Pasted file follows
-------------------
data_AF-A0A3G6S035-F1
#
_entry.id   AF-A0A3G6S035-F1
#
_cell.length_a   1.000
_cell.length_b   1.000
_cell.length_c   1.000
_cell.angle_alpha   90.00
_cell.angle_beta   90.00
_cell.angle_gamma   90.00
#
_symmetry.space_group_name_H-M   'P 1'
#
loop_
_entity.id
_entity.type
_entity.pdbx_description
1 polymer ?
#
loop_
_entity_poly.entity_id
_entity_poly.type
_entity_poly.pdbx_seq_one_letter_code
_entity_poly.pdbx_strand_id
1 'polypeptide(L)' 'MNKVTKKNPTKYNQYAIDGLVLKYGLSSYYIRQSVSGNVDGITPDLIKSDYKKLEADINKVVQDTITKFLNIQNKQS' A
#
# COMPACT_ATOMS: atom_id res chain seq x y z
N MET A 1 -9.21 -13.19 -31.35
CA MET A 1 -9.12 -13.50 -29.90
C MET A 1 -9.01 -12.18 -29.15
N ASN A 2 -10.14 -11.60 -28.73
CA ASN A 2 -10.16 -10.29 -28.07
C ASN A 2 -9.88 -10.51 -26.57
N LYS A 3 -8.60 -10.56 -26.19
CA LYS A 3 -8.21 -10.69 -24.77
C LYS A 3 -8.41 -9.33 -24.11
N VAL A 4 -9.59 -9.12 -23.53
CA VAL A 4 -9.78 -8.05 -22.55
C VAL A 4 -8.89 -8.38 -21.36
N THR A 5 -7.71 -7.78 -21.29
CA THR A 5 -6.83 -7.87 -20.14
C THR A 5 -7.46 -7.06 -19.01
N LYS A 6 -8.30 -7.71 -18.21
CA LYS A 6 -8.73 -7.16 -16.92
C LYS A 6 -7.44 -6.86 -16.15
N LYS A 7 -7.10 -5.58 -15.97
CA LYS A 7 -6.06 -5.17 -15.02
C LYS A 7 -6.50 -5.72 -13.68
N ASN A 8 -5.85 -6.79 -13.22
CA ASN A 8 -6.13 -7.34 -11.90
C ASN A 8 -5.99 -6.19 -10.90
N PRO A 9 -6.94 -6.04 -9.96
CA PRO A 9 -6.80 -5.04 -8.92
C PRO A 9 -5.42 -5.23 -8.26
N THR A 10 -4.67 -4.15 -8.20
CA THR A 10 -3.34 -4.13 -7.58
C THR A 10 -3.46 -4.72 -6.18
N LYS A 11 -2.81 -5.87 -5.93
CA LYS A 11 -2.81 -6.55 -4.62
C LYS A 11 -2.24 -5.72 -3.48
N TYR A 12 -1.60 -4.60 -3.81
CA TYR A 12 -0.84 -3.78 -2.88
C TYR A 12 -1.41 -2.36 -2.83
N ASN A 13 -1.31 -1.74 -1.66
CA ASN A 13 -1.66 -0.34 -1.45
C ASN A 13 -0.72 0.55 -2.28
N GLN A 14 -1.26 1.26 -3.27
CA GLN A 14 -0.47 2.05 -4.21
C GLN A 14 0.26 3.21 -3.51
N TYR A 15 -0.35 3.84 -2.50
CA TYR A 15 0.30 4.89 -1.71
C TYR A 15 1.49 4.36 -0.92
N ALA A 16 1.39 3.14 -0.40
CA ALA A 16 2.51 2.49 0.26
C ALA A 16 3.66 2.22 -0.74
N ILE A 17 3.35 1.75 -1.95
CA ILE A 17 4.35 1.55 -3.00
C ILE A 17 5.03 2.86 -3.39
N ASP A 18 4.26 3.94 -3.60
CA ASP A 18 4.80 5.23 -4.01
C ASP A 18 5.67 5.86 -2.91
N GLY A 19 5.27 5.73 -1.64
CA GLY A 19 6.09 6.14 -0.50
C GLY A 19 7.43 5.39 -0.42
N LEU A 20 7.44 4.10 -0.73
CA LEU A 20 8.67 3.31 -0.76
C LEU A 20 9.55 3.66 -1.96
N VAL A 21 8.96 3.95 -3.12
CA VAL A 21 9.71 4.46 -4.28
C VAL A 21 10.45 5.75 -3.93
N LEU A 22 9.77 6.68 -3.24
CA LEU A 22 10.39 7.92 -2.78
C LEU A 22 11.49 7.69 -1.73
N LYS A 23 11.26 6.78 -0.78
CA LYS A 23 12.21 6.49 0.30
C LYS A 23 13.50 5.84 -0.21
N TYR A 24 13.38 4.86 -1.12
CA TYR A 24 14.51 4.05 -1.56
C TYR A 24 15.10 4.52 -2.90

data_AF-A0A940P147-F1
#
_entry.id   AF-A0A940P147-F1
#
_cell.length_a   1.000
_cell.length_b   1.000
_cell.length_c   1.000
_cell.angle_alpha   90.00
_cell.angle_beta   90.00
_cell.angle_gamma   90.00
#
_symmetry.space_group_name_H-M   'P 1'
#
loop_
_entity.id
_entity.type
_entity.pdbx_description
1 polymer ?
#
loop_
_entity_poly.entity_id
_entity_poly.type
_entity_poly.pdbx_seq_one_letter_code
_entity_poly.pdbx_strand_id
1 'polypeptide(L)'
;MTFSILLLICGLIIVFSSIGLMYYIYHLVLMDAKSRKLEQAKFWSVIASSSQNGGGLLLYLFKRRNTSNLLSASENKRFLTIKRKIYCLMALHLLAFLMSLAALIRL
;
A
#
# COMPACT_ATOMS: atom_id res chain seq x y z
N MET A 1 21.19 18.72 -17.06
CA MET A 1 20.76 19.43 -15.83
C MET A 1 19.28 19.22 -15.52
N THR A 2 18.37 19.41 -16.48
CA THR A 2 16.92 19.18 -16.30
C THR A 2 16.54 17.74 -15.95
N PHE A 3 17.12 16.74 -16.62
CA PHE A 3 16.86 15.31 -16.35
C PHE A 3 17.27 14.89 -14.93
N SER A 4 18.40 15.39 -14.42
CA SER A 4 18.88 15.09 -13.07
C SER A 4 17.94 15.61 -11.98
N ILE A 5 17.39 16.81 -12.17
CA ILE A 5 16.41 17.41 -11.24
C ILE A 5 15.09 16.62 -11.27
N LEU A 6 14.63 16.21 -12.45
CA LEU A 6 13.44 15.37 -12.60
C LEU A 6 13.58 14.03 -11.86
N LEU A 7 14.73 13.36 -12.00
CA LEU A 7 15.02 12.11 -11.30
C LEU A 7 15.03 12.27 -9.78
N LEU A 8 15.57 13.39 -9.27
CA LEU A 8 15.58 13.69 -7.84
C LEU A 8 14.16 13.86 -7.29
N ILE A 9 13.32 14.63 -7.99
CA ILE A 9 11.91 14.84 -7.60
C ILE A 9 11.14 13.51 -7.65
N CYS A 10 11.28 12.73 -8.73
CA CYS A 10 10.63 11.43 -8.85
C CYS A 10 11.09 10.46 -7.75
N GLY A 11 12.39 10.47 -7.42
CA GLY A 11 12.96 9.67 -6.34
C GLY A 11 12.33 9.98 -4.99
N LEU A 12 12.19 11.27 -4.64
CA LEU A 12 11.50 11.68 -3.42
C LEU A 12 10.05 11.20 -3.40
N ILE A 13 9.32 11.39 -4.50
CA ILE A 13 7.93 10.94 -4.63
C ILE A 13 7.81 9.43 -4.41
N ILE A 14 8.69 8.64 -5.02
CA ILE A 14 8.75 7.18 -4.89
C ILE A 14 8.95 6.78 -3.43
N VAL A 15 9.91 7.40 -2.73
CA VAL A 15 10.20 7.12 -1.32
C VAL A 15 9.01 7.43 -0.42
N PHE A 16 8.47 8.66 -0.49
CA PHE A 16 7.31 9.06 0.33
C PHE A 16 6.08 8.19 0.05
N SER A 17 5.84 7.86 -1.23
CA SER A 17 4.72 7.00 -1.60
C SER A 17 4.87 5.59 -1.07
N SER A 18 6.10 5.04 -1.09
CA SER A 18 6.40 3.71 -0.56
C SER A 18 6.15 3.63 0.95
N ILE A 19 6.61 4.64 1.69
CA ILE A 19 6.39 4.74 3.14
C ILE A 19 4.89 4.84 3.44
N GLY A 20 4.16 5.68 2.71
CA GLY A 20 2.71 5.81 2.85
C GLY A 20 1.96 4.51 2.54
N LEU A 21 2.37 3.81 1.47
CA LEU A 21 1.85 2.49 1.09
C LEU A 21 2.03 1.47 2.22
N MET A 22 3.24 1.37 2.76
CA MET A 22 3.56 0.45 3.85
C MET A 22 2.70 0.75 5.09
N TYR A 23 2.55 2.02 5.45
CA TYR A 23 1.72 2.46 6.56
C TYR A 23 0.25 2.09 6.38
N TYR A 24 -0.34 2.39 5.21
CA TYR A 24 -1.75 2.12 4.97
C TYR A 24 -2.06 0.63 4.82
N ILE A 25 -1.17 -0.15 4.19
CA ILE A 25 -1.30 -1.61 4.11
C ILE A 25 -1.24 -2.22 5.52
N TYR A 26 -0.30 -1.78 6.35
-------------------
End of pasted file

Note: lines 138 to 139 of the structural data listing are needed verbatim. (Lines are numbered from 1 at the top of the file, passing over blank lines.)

C PHE A 3 17.27 14.89 -14.93
N SER A 4 18.40 15.39 -14.42